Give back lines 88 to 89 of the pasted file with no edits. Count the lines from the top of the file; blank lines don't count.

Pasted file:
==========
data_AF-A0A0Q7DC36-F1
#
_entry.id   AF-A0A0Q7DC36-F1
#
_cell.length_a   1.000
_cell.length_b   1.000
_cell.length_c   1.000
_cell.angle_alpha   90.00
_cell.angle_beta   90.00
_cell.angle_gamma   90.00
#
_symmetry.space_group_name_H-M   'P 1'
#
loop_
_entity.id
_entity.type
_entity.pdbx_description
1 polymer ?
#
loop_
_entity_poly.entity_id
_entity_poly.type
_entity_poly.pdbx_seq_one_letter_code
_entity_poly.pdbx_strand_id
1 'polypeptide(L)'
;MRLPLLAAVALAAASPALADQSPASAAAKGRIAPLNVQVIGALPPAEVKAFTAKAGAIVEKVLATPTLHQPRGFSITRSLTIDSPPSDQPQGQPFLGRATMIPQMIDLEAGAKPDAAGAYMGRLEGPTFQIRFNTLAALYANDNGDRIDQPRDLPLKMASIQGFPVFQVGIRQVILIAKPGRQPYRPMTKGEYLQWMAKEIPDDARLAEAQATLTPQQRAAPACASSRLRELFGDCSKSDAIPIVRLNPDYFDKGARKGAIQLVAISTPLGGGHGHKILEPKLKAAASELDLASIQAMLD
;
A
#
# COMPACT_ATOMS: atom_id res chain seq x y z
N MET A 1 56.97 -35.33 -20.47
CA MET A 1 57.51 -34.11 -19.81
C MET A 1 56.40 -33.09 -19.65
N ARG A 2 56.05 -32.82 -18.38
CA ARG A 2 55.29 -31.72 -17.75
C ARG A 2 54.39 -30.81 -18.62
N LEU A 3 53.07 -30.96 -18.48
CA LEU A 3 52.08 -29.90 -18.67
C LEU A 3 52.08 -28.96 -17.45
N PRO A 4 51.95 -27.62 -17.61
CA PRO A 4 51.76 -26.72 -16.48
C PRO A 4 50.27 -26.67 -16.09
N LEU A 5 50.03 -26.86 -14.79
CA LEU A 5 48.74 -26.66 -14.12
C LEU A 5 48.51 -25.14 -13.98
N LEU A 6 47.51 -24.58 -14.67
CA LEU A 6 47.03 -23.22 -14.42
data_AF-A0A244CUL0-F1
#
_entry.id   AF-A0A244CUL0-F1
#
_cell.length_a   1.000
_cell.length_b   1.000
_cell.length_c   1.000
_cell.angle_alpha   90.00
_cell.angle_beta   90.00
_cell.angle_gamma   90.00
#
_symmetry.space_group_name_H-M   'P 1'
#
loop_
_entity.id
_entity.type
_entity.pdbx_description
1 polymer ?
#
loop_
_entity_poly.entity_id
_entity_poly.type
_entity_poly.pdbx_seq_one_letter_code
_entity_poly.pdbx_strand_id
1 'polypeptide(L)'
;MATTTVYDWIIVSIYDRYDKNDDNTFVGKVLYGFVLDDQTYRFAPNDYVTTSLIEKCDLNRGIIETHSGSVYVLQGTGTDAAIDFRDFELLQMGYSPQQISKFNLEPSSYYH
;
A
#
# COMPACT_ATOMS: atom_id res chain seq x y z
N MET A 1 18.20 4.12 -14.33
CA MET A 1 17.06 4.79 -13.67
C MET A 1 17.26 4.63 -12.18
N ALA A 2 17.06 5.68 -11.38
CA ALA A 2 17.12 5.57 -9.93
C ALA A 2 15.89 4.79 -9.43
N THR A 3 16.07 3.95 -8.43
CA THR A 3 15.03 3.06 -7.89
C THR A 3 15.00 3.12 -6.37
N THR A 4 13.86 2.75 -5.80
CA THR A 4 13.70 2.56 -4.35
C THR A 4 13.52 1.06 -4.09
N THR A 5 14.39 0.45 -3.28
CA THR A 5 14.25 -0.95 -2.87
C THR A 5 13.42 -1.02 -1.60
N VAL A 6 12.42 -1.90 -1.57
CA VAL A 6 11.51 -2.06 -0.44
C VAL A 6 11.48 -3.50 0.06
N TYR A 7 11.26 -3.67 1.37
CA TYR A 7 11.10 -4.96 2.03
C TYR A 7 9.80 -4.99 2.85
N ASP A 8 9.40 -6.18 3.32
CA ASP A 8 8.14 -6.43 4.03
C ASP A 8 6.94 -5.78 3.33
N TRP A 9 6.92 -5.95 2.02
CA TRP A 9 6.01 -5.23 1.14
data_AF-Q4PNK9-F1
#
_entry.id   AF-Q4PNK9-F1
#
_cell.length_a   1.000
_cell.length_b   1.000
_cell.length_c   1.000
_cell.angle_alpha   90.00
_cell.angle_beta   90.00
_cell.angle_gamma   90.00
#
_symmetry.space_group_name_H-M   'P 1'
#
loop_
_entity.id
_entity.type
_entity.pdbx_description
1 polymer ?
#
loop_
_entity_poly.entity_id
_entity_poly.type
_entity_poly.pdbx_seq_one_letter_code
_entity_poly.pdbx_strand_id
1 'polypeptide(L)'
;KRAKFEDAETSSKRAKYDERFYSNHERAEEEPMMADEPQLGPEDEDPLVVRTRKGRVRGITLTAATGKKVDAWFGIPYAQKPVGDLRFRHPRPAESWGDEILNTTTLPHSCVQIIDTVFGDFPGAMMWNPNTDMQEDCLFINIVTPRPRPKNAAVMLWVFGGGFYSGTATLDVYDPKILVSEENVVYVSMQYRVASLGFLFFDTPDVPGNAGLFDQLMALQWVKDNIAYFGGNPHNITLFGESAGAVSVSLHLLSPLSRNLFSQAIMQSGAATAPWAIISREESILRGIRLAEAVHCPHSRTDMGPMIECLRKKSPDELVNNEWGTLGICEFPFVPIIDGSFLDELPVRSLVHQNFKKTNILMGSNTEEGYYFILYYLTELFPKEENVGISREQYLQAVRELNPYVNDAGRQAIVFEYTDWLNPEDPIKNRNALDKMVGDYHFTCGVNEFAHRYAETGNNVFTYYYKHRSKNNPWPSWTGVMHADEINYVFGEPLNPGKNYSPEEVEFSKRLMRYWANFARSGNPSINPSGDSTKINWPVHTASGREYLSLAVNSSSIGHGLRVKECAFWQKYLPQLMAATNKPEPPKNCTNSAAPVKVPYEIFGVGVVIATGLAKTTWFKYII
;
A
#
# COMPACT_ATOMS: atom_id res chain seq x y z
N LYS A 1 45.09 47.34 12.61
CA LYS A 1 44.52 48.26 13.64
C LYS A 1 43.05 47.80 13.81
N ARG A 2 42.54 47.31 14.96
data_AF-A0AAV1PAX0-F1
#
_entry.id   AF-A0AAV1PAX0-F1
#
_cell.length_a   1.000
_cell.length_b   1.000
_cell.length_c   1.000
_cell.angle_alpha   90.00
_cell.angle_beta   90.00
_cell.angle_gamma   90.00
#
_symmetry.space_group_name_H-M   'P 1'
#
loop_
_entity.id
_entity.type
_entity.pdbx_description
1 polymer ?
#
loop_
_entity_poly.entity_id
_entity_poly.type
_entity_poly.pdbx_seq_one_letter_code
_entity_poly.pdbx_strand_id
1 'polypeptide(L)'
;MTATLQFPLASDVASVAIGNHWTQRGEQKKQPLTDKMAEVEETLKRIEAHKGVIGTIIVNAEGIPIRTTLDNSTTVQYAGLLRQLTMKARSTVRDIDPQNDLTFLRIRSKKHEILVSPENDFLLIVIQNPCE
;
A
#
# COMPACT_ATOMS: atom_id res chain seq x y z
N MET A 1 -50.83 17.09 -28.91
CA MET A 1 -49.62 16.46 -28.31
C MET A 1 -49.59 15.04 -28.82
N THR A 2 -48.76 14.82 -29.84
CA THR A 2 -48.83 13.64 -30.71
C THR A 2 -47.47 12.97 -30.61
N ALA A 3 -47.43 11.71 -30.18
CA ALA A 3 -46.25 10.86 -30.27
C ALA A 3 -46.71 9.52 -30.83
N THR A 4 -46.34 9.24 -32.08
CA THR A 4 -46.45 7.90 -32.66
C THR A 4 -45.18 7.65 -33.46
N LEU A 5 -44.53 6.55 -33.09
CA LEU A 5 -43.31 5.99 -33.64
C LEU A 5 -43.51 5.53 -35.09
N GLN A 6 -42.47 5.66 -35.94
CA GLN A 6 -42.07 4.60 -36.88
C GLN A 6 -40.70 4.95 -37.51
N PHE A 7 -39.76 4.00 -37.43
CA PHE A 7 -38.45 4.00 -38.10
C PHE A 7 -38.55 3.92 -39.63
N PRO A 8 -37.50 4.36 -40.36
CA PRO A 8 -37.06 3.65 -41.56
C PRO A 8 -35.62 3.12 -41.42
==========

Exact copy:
CA THR A 4 13.70 2.56 -4.35
C THR A 4 13.52 1.06 -4.09